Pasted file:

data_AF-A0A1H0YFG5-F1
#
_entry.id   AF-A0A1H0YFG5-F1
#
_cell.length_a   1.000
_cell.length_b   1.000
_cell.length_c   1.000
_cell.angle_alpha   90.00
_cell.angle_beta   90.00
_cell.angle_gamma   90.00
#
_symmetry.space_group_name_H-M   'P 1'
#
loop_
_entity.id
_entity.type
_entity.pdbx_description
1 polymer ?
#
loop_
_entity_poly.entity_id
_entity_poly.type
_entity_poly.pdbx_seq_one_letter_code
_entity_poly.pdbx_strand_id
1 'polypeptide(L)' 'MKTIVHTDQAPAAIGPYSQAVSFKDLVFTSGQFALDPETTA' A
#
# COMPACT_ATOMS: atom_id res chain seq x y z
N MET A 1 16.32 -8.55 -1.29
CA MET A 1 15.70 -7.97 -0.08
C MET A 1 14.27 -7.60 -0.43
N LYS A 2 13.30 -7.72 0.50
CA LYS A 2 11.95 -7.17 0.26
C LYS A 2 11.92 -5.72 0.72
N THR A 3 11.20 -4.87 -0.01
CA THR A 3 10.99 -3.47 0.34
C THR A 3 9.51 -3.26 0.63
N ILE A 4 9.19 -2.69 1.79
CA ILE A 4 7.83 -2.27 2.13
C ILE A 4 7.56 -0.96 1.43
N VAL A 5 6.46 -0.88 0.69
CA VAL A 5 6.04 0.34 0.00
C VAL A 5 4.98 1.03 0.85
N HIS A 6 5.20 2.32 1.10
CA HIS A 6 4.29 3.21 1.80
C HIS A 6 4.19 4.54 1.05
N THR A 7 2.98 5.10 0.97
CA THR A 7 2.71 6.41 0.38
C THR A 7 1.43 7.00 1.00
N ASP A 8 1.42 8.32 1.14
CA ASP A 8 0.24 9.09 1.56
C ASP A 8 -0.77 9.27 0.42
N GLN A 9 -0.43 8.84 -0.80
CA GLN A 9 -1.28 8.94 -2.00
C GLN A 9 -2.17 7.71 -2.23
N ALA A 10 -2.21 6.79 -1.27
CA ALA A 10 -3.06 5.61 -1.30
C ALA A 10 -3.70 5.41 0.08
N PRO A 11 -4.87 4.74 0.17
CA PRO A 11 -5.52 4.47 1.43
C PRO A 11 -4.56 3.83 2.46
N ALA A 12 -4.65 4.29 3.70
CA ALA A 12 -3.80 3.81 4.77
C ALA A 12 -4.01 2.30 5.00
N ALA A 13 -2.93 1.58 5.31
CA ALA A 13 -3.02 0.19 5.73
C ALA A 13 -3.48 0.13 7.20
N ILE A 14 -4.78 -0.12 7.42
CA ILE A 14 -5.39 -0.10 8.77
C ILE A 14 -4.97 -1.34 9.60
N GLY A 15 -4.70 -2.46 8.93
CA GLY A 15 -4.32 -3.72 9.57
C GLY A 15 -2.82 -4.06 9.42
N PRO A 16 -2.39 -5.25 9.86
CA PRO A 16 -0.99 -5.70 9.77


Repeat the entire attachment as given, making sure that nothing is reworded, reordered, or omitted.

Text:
data_AF-A0A1H0YFG5-F1
#
_entry.id   AF-A0A1H0YFG5-F1
#
_cell.length_a   1.000
_cell.length_b   1.000
_cell.length_c   1.000
_cell.angle_alpha   90.00
_cell.angle_beta   90.00
_cell.angle_gamma   90.00
#
_symmetry.space_group_name_H-M   'P 1'
#
loop_
_entity.id
_entity.type
_entity.pdbx_description
1 polymer ?
#
loop_
_entity_poly.entity_id
_entity_poly.type
_entity_poly.pdbx_seq_one_letter_code
_entity_poly.pdbx_strand_id
1 'polypeptide(L)' 'MKTIVHTDQAPAAIGPYSQAVSFKDLVFTSGQFALDPETTA' A
#
# COMPACT_ATOMS: atom_id res chain seq x y z
N MET A 1 16.32 -8.55 -1.29
CA MET A 1 15.70 -7.97 -0.08
C MET A 1 14.27 -7.60 -0.43
N LYS A 2 13.30 -7.72 0.50
CA LYS A 2 11.95 -7.17 0.26
C LYS A 2 11.92 -5.72 0.72
N THR A 3 11.20 -4.87 -0.01
CA THR A 3 10.99 -3.47 0.34
C THR A 3 9.51 -3.26 0.63
N ILE A 4 9.19 -2.69 1.79
CA ILE A 4 7.83 -2.27 2.13
C ILE A 4 7.56 -0.96 1.43
N VAL A 5 6.46 -0.88 0.69
CA VAL A 5 6.04 0.34 0.00
C VAL A 5 4.98 1.03 0.85
N HIS A 6 5.20 2.32 1.10
CA HIS A 6 4.29 3.21 1.80
C HIS A 6 4.19 4.54 1.05
N THR A 7 2.98 5.10 0.97
CA THR A 7 2.71 6.41 0.38
C THR A 7 1.43 7.00 1.00
N ASP A 8 1.42 8.32 1.14
CA ASP A 8 0.24 9.09 1.56
C ASP A 8 -0.77 9.27 0.42
N GLN A 9 -0.43 8.84 -0.80
CA GLN A 9 -1.28 8.94 -2.00
C GLN A 9 -2.17 7.71 -2.23
N ALA A 10 -2.21 6.79 -1.27
CA ALA A 10 -3.06 5.61 -1.30
C ALA A 10 -3.70 5.41 0.08
N PRO A 11 -4.87 4.74 0.17
CA PRO A 11 -5.52 4.47 1.43
C PRO A 11 -4.56 3.83 2.46
N ALA A 12 -4.65 4.29 3.70
CA ALA A 12 -3.80 3.81 4.77
C ALA A 12 -4.01 2.30 5.00
N ALA A 13 -2.93 1.58 5.31
CA ALA A 13 -3.02 0.19 5.73
C ALA A 13 -3.48 0.13 7.20
N ILE A 14 -4.78 -0.12 7.42
CA ILE A 14 -5.39 -0.10 8.77
C ILE A 14 -4.97 -1.34 9.60
N GLY A 15 -4.70 -2.46 8.93
CA GLY A 15 -4.32 -3.72 9.57
C GLY A 15 -2.82 -4.06 9.42
N PRO A 16 -2.39 -5.25 9.86
CA PRO A 16 -0.99 -5.70 9.77